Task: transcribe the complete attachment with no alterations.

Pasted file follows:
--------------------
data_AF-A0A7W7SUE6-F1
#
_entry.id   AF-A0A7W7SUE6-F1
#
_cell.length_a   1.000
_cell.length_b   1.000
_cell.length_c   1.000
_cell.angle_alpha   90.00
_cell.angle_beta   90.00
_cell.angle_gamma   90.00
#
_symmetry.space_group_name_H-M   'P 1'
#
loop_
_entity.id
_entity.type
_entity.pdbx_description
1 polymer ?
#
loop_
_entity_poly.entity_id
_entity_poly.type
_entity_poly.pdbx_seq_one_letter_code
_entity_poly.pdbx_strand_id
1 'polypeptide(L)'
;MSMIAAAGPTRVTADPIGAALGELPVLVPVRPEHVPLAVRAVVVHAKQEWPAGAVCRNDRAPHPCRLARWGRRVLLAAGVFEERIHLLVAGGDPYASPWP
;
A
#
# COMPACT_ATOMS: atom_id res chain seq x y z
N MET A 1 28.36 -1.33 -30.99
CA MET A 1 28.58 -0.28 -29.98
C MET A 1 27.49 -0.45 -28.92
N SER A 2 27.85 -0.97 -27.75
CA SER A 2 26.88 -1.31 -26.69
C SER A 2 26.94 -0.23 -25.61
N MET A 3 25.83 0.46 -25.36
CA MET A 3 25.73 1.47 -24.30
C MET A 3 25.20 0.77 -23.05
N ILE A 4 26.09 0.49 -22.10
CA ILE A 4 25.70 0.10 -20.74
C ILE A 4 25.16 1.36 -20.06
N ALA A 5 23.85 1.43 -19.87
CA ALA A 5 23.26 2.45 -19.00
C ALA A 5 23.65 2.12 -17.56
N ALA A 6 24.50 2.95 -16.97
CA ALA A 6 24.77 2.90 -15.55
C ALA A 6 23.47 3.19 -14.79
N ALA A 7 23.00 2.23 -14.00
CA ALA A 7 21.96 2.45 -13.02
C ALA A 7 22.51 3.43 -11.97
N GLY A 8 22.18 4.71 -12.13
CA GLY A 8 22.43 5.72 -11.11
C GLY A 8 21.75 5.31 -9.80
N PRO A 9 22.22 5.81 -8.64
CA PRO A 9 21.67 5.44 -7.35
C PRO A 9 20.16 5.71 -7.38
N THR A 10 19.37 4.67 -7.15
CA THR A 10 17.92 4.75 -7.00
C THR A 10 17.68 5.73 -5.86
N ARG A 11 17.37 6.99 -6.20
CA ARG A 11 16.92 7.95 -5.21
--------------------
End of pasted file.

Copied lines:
data_AF-A0A7W7SUE6-F1
#
_entry.id   AF-A0A7W7SUE6-F1
#
_cell.length_a   1.000
_cell.length_b   1.000
_cell.length_c   1.000
_cell.angle_alpha   90.00
_cell.angle_beta   90.00
_cell.angle_gamma   90.00
#
_symmetry.space_group_name_H-M   'P 1'
#
loop_
_entity.id
_entity.type
_entity.pdbx_description
1 polymer ?
#
loop_
_entity_poly.entity_id
_entity_poly.type
_entity_poly.pdbx_seq_one_letter_code
_entity_poly.pdbx_strand_id
1 'polypeptide(L)'
;MSMIAAAGPTRVTADPIGAALGELPVLVPVRPEHVPLAVRAVVVHAKQEWPAGAVCRNDRAPHPCRLARWGRRVLLAAGVFEERIHLLVAGGDPYASPWP
;
A
#
# COMPACT_ATOMS: atom_id res chain seq x y z
N MET A 1 28.36 -1.33 -30.99
CA MET A 1 28.58 -0.28 -29.98
C MET A 1 27.49 -0.45 -28.92
N SER A 2 27.85 -0.97 -27.75
CA SER A 2 26.88 -1.31 -26.69
C SER A 2 26.94 -0.23 -25.61
N MET A 3 25.83 0.46 -25.36
CA MET A 3 25.73 1.47 -24.30
C MET A 3 25.20 0.77 -23.05
N ILE A 4 26.09 0.49 -22.10
CA ILE A 4 25.70 0.10 -20.74
C ILE A 4 25.16 1.36 -20.06
N ALA A 5 23.85 1.43 -19.87
CA ALA A 5 23.26 2.45 -19.00
C ALA A 5 23.65 2.12 -17.56
N ALA A 6 24.50 2.95 -16.97
CA ALA A 6 24.77 2.90 -15.55
C ALA A 6 23.47 3.19 -14.79
N ALA A 7 23.00 2.23 -14.00
CA ALA A 7 21.96 2.45 -13.02
C ALA A 7 22.51 3.43 -11.97
N GLY A 8 22.18 4.71 -12.13
CA GLY A 8 22.43 5.72 -11.11
C GLY A 8 21.75 5.31 -9.80
N PRO A 9 22.22 5.81 -8.64
CA PRO A 9 21.67 5.44 -7.35
C PRO A 9 20.16 5.71 -7.38
N THR A 10 19.37 4.67 -7.15
CA THR A 10 17.92 4.75 -7.00
C THR A 10 17.68 5.73 -5.86
N ARG A 11 17.37 6.99 -6.20
CA ARG A 11 16.92 7.95 -5.21